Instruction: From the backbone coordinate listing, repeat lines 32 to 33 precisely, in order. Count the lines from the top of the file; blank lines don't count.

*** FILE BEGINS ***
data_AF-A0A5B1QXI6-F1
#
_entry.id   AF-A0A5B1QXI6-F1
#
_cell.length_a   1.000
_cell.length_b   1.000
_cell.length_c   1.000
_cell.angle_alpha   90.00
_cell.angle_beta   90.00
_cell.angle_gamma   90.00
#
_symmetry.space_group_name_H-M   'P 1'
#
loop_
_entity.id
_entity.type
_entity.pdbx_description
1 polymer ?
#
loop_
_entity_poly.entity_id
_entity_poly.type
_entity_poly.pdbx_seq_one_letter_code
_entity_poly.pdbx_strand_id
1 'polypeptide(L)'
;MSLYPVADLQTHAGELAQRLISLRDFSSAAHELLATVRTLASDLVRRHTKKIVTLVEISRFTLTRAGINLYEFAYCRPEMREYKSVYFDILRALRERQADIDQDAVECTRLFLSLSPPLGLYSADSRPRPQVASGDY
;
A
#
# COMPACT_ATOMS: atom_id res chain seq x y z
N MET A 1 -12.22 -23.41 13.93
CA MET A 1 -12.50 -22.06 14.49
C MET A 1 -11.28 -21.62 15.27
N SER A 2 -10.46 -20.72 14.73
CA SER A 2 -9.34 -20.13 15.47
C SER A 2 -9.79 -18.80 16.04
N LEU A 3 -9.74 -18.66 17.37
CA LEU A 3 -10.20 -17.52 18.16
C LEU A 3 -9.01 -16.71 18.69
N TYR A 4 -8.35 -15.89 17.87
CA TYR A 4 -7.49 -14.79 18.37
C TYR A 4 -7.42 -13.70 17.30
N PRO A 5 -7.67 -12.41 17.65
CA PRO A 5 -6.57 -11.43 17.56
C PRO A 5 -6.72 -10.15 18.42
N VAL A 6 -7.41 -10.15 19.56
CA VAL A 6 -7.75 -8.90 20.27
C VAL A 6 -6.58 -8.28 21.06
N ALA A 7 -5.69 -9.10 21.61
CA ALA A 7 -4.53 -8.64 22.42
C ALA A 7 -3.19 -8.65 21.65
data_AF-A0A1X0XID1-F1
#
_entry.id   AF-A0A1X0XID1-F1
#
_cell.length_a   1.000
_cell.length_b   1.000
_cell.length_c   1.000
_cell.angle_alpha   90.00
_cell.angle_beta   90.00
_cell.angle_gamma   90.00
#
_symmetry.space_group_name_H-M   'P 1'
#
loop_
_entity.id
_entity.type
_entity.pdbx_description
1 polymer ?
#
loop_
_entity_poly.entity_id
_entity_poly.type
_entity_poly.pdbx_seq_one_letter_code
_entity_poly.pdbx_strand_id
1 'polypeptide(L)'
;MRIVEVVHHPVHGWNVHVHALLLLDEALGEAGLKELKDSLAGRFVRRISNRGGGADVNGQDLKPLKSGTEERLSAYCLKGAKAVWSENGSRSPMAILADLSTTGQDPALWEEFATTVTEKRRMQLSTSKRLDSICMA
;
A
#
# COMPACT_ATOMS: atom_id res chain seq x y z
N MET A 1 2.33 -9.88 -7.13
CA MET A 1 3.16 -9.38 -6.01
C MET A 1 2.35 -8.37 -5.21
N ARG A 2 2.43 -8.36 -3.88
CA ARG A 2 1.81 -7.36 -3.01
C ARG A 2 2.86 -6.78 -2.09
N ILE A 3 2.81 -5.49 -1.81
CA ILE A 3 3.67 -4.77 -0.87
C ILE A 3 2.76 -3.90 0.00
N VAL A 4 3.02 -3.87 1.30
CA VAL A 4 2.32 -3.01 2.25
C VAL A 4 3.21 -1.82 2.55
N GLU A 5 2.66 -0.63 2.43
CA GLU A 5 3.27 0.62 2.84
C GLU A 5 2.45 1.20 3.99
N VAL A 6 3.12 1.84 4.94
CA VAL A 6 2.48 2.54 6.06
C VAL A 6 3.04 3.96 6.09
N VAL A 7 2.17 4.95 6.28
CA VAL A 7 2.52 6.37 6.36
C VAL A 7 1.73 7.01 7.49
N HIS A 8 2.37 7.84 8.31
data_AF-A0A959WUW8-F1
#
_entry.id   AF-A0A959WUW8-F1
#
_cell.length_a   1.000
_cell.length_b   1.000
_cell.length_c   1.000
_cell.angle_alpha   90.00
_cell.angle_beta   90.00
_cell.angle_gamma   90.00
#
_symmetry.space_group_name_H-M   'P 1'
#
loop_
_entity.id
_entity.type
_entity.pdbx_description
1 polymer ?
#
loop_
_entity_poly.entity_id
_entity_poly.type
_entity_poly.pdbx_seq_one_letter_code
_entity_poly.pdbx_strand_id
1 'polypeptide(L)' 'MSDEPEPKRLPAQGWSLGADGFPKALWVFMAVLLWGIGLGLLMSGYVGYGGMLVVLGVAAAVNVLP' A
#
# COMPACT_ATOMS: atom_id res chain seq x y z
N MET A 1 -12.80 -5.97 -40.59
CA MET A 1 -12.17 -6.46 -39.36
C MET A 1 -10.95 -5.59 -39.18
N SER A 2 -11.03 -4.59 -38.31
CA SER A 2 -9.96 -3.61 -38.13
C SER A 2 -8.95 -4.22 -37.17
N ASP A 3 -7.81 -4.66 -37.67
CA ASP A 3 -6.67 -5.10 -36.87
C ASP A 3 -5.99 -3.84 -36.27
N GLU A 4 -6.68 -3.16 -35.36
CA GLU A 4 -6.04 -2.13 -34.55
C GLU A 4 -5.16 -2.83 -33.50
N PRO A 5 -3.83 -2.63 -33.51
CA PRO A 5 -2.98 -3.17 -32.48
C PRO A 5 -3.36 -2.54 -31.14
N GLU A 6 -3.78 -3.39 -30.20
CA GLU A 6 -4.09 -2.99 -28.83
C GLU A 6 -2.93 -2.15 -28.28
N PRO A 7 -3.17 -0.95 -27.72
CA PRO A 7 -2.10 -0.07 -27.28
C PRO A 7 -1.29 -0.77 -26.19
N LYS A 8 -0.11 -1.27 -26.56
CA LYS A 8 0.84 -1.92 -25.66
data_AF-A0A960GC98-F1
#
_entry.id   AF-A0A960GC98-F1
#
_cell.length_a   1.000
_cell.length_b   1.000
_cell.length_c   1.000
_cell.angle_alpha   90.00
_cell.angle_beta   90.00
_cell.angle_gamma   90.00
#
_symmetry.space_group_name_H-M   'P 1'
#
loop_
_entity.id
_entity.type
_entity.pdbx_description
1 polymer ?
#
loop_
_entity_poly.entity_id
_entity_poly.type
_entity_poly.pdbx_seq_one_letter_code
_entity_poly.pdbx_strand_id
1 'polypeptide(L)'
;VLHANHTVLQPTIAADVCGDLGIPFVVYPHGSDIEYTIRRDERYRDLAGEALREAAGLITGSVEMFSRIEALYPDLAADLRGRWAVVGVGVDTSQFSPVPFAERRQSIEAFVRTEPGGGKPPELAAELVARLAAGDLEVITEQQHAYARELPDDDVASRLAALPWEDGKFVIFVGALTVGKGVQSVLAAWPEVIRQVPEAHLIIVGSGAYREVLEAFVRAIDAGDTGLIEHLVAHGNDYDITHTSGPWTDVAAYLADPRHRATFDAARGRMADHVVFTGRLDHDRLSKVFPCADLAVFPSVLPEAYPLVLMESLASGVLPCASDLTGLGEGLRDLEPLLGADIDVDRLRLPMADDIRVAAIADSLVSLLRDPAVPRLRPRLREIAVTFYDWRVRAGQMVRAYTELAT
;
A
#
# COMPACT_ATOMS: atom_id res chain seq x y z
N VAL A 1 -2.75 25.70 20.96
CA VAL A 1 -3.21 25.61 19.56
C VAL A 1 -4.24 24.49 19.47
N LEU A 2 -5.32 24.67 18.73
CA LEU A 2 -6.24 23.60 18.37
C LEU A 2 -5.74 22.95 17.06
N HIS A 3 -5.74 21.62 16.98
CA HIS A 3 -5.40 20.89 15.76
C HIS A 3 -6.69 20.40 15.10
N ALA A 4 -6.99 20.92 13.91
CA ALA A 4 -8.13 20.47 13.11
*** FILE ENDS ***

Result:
CA MET A 1 -12.50 -22.06 14.49
C MET A 1 -11.28 -21.62 15.27